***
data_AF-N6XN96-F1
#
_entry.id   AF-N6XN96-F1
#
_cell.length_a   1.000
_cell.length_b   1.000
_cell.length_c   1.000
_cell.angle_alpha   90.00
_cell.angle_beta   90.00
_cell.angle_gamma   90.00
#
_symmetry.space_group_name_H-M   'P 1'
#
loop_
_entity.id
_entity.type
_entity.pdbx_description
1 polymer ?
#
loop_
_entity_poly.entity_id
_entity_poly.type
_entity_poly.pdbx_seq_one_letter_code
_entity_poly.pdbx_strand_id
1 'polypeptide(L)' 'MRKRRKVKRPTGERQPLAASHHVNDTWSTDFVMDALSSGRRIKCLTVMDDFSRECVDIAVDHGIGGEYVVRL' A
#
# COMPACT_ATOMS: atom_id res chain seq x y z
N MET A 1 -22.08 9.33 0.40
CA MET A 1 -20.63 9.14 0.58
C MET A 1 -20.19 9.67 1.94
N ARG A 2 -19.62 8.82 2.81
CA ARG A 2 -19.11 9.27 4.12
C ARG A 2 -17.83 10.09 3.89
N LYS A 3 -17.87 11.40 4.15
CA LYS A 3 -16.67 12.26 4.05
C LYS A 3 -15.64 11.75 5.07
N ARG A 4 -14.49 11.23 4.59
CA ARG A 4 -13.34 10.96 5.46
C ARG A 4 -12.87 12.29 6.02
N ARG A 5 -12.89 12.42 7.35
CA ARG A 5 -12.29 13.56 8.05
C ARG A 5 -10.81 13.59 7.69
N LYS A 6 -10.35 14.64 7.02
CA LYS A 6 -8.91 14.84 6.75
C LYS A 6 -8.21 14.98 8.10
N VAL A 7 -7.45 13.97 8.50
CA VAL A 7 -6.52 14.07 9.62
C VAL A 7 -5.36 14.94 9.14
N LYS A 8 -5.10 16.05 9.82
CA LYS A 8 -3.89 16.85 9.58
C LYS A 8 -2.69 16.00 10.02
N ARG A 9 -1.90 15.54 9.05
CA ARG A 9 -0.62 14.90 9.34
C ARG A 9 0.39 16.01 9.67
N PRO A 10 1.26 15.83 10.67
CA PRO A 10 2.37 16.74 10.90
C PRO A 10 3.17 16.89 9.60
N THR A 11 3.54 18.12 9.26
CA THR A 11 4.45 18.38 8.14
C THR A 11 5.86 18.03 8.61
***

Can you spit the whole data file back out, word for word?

data_AF-N6XN96-F1
#
_entry.id   AF-N6XN96-F1
#
_cell.length_a   1.000
_cell.length_b   1.000
_cell.length_c   1.000
_cell.angle_alpha   90.00
_cell.angle_beta   90.00
_cell.angle_gamma   90.00
#
_symmetry.space_group_name_H-M   'P 1'
#
loop_
_entity.id
_entity.type
_entity.pdbx_description
1 polymer ?
#
loop_
_entity_poly.entity_id
_entity_poly.type
_entity_poly.pdbx_seq_one_letter_code
_entity_poly.pdbx_strand_id
1 'polypeptide(L)' 'MRKRRKVKRPTGERQPLAASHHVNDTWSTDFVMDALSSGRRIKCLTVMDDFSRECVDIAVDHGIGGEYVVRL' A
#
# COMPACT_ATOMS: atom_id res chain seq x y z
N MET A 1 -22.08 9.33 0.40
CA MET A 1 -20.63 9.14 0.58
C MET A 1 -20.19 9.67 1.94
N ARG A 2 -19.62 8.82 2.81
CA ARG A 2 -19.11 9.27 4.12
C ARG A 2 -17.83 10.09 3.89
N LYS A 3 -17.87 11.40 4.15
CA LYS A 3 -16.67 12.26 4.05
C LYS A 3 -15.64 11.75 5.07
N ARG A 4 -14.49 11.23 4.59
CA ARG A 4 -13.34 10.96 5.46
C ARG A 4 -12.87 12.29 6.02
N ARG A 5 -12.89 12.42 7.35
CA ARG A 5 -12.29 13.56 8.05
C ARG A 5 -10.81 13.59 7.69
N LYS A 6 -10.35 14.64 7.02
CA LYS A 6 -8.91 14.84 6.75
C LYS A 6 -8.21 14.98 8.10
N VAL A 7 -7.45 13.97 8.50
CA VAL A 7 -6.52 14.07 9.62
C VAL A 7 -5.36 14.94 9.14
N LYS A 8 -5.10 16.05 9.82
CA LYS A 8 -3.89 16.85 9.58
C LYS A 8 -2.69 16.00 10.02
N ARG A 9 -1.90 15.54 9.05
CA ARG A 9 -0.62 14.90 9.34
C ARG A 9 0.39 16.01 9.67
N PRO A 10 1.26 15.83 10.67
CA PRO A 10 2.37 16.74 10.90
C PRO A 10 3.17 16.89 9.60
N THR A 11 3.54 18.12 9.26
CA THR A 11 4.45 18.38 8.14
C THR A 11 5.86 18.03 8.61